16 Mapping Nucleosome-free Zones

17 Genomic Methods of Nucleosome Mapping CHA1 promoter region Oliver Rando and co-workers, 2005 Microarrays used to determine positions of nucleosome throughout yeast genome Linker Positioned nucleosome Delocalized nucleosome Most nucleosomes in yeast are well-positioned

18 Promoter Regions Are Nucleosome-depleted Depleted regions

19 Nucleosome Position Preferences Are Present In vitro Yeast genomic DNA isolated and reassembled with purified chicken histones Positions of histones largely match those determined in vivo using same method Suggests that nucleosome positions are globally determined by DNA sequence Eran Segal, Jonathan Widom and co- workers, 2008

20 An Additional Layer of Complexity: Histones Are Modified by Acetylation Histone acetylation activates transcription, reducing the ability of nucleosomes to repress Nuclear acetylation of core histone N-terminal tails (histone acetyltransferase, HAT) –Catalyzed by HAT A (isolated in 1996) –Acetylate lysines within tails of core histones –Some HAT As are also transcriptional activators, suggesting that they bind near transcription start site and acetylate nearby histones H H +

21 An Additional Layer of Complexity: Histones Are Modified by Acetylation Nuclear acetylation of core histone N-terminal tails (histone acetyltransferase, HAT) –Catalyzed by HAT A (isolated in 1996) –Acetylate lysines within tails of core histones –Some HAT As are also transcriptional activators, suggesting that they bind near transcription start site and acetylate nearby histones H3CH3C Histone acetylation activates transcription, reducing the ability of nucleosomes to repress

22 An Additional Layer of Complexity: Histones Are Modified by Acetylation Cytoplasmic acetylation carried out by HAT B –Prepares histones for incorporation into nucleosomes –Acetyl groups later removed in nucleus Nuclear acetylation of core histone N-terminal tails (histone acetyltransferase, HAT) –Catalyzed by HAT A (isolated in 1996) –Acetylate lysines within tails of core histones –Some HAT As are also transcriptional activators, suggesting that they bind near transcription start site and acetylate nearby histones Histone acetylation activates transcription, reducing the ability of nucleosomes to repress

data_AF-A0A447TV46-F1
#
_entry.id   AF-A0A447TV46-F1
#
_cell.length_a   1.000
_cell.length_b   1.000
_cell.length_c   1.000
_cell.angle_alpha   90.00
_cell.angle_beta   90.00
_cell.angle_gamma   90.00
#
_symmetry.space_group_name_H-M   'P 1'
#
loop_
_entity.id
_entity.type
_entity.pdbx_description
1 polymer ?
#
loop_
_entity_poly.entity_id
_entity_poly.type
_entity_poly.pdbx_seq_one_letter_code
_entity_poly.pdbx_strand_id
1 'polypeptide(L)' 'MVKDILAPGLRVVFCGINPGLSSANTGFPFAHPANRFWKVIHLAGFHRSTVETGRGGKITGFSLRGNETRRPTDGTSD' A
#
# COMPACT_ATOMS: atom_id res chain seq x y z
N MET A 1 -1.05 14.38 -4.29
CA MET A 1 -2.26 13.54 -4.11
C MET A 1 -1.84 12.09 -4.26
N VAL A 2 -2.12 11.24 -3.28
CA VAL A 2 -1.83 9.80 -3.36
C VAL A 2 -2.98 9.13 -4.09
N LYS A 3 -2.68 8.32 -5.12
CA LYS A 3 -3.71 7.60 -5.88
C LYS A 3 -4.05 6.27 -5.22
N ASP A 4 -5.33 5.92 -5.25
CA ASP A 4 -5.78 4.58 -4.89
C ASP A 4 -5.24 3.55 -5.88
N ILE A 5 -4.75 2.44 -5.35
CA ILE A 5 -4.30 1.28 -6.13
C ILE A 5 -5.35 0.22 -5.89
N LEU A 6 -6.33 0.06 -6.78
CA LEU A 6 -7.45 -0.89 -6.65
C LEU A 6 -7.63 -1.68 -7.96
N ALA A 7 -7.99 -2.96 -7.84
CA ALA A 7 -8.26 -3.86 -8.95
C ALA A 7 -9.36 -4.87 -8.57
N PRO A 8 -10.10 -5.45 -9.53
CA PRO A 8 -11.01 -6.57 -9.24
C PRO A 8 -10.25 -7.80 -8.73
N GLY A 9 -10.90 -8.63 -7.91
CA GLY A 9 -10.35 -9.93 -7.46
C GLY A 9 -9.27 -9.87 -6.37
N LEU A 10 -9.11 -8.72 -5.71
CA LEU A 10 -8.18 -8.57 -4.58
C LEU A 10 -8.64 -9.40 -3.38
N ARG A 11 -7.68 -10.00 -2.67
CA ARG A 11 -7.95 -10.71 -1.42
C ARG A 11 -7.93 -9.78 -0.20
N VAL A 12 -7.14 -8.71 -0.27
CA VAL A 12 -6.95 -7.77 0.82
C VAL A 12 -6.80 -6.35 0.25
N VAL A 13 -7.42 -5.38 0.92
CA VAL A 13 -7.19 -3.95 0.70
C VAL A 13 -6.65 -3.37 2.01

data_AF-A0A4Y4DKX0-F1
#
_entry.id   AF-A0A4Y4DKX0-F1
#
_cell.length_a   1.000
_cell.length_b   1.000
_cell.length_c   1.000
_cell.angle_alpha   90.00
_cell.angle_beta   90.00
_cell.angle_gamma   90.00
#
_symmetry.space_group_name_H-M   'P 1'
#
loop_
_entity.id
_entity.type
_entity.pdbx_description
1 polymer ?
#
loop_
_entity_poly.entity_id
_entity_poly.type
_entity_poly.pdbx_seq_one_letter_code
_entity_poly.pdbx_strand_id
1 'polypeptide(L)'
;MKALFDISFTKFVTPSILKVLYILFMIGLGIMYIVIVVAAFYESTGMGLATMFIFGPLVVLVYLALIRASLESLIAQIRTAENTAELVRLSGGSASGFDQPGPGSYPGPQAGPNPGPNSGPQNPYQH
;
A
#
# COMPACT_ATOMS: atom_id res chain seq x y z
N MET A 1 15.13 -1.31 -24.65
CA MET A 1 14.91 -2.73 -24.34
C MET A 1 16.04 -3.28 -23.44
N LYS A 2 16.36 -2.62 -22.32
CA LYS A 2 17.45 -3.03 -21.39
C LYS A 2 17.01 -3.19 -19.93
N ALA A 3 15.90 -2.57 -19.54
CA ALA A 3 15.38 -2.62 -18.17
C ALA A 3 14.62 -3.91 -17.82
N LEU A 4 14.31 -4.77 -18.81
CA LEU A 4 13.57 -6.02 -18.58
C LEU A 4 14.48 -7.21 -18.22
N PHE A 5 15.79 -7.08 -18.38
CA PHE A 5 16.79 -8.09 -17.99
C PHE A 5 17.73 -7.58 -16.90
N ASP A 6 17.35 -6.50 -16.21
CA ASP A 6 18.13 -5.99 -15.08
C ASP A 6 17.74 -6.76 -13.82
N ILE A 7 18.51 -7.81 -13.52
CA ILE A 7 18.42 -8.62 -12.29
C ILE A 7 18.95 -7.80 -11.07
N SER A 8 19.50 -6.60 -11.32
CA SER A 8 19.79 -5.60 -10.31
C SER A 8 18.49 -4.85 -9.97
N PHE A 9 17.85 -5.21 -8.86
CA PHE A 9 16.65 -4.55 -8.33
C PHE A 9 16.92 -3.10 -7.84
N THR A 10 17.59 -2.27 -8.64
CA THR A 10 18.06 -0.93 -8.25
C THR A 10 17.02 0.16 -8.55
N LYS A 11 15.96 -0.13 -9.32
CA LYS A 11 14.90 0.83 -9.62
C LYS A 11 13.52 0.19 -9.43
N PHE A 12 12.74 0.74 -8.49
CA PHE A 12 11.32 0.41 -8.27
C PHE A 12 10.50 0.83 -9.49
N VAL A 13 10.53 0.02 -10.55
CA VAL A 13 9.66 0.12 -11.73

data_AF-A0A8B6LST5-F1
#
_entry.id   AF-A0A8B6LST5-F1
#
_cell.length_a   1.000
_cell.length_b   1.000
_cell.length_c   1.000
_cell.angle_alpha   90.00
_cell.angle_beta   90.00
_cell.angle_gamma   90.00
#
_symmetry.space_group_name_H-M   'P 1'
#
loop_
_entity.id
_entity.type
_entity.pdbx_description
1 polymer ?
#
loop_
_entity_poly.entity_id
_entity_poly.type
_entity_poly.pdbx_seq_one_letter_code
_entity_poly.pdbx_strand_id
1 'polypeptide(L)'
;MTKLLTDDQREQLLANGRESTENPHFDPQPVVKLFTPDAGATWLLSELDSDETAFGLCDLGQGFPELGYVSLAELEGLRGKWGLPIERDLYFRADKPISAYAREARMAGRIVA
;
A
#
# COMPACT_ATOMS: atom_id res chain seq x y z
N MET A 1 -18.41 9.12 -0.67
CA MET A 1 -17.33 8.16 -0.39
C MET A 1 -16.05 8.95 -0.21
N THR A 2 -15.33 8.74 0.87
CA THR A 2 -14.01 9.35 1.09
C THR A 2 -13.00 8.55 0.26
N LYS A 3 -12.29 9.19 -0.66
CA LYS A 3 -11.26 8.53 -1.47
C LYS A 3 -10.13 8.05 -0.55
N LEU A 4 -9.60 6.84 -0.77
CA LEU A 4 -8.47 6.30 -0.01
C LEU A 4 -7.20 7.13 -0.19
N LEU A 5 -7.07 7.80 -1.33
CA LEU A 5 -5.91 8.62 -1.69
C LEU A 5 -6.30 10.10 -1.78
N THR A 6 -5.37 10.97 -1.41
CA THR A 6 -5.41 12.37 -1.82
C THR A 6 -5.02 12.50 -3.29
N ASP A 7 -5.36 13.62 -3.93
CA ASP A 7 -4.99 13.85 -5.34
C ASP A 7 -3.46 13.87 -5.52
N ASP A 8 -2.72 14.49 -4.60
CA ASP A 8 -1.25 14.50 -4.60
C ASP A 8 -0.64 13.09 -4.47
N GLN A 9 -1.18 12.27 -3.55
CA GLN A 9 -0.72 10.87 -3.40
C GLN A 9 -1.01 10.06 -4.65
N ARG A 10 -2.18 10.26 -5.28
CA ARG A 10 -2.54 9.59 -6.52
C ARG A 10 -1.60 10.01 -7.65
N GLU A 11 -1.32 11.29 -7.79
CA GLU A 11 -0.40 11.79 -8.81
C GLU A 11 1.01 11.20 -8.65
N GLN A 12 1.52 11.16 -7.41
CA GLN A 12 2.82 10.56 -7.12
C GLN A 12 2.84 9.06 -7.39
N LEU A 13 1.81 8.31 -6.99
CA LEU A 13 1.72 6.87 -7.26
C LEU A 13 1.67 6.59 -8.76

23 Model For Repression By Histone Deacetylase Retinoic acid receptor heterodimer

24 Histone Acetylation How does acetylation increase transcription? Reduces positive charge on lysine-rich regions, presumably reducing affinity of nucleosome for DNA May weaken or disrupt interactions between nucleosomes Can recruit transcription factors (bromodomain)

25 Key Points 1. Cellular DNA is packaged with histone proteins into a higher order structure called chromatin. The first level of chromatin organization is the nucleosome, and a higher order structure is the 30 nm fiber. 2. The packaging, or condensation, of DNA into chromatin represses transcription because the transcription machinery cannot efficiently access the promoter. 4. Modification of histones by acetylation activates transcription. 3. Nucleosomes are globally depleted near transcription start sites, and their positions appear to be greatly influenced by DNA sequences.


Download ppt "The Necessity For DNA Condensation The human genome (haploid) is 3  10 9 base pairs. The helical rise of dsDNA per base pair is 0.3  10 –9 meters. If."

Similar presentations


Ads by Google